• Babydoll Girl – Candy colours and doll faces, lace, delicate bows and ribbons
  • Men’s Shirts – Pinstripes, pale blues and deconstructed dresses
  • After Hours Robes – Add a touch of elegance with wrap jackets and gowns with a twist
  • Polka Dots – Softer, more rounded, but black and white a must
  • Patchwork – Mix and match, clash, vintage fabrics
  • Space Style – Head to toe white, minimal and futuristic

Visit to see these trends in pictures and bring them to life! A must to start planning that new wardrobe!

Other key trends that might be more tricky to get into your working wardrobe are:  Metallic , cut-outs, hoods, Saturday night fever – shimmer and sequins, underwear as outerwear, All things shiny, Punk Spirit, Leather Fringing.

What about Key colours for SS 17

Spring’s key colours are: pinks, rose, periwinkle, canary and khaki. Go for muted and subtle; or loud and chirpy like a canary!? Choose to adorn yourself head to toe in the colours of nature, or go for just a pop of colour…both will keep you on trend with your work wardrobe.

Instant wardrobe update

For the Women, if you need to give your workwear a bit of a revamp now –  here are a few quick tips courtesy of the Telegraph, to inject some 2017 trend into you work wardrobe without breaking the bank.

  • Shirts – Lost the white cotton, go tunic, tie-waist and embellished collars.
  • Bright Knits – in a soft shade of purple, blue, pink or yellow.
  • Handbag – easy way to update your outfit and it goes with everything! Go mid-size bucket or tote with a jazzy handle if you need to be more ‘donkey’:0)
  • Trousers – try a slight flare or tailored culottes for an update.
  • Accessories – Add a brooch to your lapel, or ribbon to your collar shirt. Belts…give an instant new look, great for adding a bit of zing.

Now for some shopping inspiration to put these ideas into practice!

For the Men – GQ do a fantastic weekly update – ‘The 10 best dressed men of the week‘, a great way to keep up with what’s on trend in and out of the workplace.


So what does Business Casual actually mean?

There is a confusing array of work wear definitions:  ‘Smart casual’ ‘office attire’ ‘relaxed corporate’ ‘creative-smart’ ‘business casual’ ‘formal’ ‘conservative’ – a company can choose to have any of these as their dress code policy  – so what do they all mean?
I will now attempt to define them, or at least some of them. provide a great overview for Men’s dress codes which I’ve summarised below.
For the men
Smart casual – Global men’s fashion magazine GQ in the United Kingdom attempts defining smart casual for a job interview. Wearing chinos, a blazer and white shirt to make an impression is suggested. Carrying a necktie is advisable; the author comments, “it is far more embarrassing to be under-dressed than over”.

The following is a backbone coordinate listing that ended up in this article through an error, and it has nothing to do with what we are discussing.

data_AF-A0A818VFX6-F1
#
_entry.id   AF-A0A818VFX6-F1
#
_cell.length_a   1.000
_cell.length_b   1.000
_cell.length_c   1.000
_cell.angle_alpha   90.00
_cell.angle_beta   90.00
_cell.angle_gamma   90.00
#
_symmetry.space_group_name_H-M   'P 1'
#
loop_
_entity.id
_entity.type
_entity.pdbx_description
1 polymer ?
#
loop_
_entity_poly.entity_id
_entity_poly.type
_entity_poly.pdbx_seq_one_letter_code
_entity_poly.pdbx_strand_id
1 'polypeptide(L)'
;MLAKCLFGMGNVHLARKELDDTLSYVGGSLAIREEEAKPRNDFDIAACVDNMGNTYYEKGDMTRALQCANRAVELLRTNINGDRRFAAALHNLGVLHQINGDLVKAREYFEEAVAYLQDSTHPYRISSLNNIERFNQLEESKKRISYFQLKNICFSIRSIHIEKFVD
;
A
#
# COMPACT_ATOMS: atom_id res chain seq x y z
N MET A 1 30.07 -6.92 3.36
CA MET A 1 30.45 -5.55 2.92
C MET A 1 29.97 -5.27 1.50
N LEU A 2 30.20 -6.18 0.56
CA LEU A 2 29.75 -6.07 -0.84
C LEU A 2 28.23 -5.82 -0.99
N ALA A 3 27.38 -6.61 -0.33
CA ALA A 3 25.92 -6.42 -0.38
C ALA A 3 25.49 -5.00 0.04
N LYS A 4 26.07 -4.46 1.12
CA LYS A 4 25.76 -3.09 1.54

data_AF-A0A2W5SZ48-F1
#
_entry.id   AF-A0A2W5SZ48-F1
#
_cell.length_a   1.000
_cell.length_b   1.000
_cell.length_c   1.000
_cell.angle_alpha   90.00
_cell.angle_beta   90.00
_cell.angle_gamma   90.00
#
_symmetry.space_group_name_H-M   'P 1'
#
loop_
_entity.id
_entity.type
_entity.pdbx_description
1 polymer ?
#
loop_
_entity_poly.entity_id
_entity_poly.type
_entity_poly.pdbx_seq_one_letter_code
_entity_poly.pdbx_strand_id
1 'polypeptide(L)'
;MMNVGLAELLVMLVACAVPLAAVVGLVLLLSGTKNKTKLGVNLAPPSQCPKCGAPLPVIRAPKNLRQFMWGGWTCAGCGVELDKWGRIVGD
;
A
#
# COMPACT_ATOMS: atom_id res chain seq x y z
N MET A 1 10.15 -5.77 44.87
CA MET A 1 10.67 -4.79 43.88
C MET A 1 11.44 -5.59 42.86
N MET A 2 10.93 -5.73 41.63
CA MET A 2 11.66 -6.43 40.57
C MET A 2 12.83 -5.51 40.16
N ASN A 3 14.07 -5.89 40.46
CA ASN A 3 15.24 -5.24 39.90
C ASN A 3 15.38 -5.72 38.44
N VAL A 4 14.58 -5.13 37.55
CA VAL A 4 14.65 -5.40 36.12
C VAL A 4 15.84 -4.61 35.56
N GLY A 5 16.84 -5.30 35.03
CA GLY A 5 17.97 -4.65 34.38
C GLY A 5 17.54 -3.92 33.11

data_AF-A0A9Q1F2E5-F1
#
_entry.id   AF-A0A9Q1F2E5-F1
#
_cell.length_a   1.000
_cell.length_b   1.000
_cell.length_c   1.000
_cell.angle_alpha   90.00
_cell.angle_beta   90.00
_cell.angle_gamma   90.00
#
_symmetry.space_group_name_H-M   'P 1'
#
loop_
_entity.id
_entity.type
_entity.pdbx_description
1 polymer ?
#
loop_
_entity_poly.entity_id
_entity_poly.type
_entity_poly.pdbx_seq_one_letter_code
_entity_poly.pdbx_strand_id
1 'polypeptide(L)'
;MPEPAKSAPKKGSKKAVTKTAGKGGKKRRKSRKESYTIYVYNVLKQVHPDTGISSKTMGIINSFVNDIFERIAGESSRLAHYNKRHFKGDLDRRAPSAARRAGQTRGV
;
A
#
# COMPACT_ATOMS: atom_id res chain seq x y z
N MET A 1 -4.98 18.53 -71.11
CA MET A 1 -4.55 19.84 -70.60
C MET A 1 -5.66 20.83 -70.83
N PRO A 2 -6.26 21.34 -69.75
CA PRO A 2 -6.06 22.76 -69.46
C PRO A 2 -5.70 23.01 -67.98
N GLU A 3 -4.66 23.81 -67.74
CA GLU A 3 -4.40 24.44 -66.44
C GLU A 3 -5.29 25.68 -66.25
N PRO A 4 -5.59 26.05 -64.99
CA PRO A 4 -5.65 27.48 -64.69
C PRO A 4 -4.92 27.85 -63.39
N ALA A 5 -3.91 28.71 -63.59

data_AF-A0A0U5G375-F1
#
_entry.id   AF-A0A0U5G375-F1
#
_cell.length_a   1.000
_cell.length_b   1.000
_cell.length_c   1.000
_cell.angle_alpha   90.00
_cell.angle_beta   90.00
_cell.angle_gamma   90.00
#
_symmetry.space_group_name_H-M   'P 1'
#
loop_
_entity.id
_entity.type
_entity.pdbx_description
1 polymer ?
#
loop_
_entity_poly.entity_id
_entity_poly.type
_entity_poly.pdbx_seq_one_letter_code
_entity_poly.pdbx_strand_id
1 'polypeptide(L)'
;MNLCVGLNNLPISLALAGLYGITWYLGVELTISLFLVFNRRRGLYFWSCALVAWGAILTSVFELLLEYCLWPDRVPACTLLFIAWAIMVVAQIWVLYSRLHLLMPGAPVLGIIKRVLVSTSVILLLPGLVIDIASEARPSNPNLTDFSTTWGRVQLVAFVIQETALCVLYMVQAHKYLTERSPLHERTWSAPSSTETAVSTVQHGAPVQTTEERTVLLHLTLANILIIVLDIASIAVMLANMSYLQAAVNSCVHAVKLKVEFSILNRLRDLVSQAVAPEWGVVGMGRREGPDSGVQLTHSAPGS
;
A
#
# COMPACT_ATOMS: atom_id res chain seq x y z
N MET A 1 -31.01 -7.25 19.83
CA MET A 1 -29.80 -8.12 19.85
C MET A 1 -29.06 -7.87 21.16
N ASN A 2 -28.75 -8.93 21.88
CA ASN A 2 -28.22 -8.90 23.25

Business Dress
– Notch lapel suit, shirt, tie and shoes. Patterned suits, with the exception of pinstripes are more casual.
Double breasted suit? – See The Guardian’s ‘Five ways to wear…a double breasted suit in pictures‘.

Business casual – Suit not needed. Jacket or blazer,with button up shirt & ideally a button down collar. Shoes: brogues or loafers (not trainers). Tie is optional.

For the Women

Smart Casual – The Guardian attempted to clarify smart casual from a recruitment perspective by questioning various recruitment consultants. They responded:
(a) stand out but blend in by understanding the workplace’s environment;
(b) achieve a business-professional look by clarifying the attire in advance because “it’s easier to be overdressed than underdressed”
(c) wear a smart coat if avoiding a suit to give the impression of a “good entrance because it has an air of formality: e.g., a well-cut trench, worn with open shirt and neat slacks”
(d) wear accessories to “show creativity and attention to detail”, but keep them to a minimum
(e) smart, plain and straight jeans are acceptable;
(f) shoes should be clean and un-scruffy.

Business Dress – Broadly speaking, business casual for men means wearing a pair of smart trousers, a collared shirt, a jumper or blazer, and relaxed but elegant shoes.

Business Casual – This is an ambiguously-defined dress code that has been adopted by many professional and white-collar workplaces in Western countries. It entails neat yet casual attire and is generally more casual than informal attire but more formal than casual or smart casual attire. Casual Fridays preceded widespread acceptance of business casual attire in many offices.

That clears that up then! ?Perhaps more helpfully,  it  is defined as trousers or knee-length skirt or dress; and a blouse or shirt with a collar. ‘Relaxed corporate’ , ‘Creative-smart’ , formal and conservative are other terms I’ve come across – but I’m not going to attempt to define these I’m afraid.

So, conclusion – If in doubt what your workwear policy is, I’d ask your employer or prospective employer.:0)


Related Dovetail articles:
How to dress in the workplace
What to wear to an interview


Images – courtesy of  and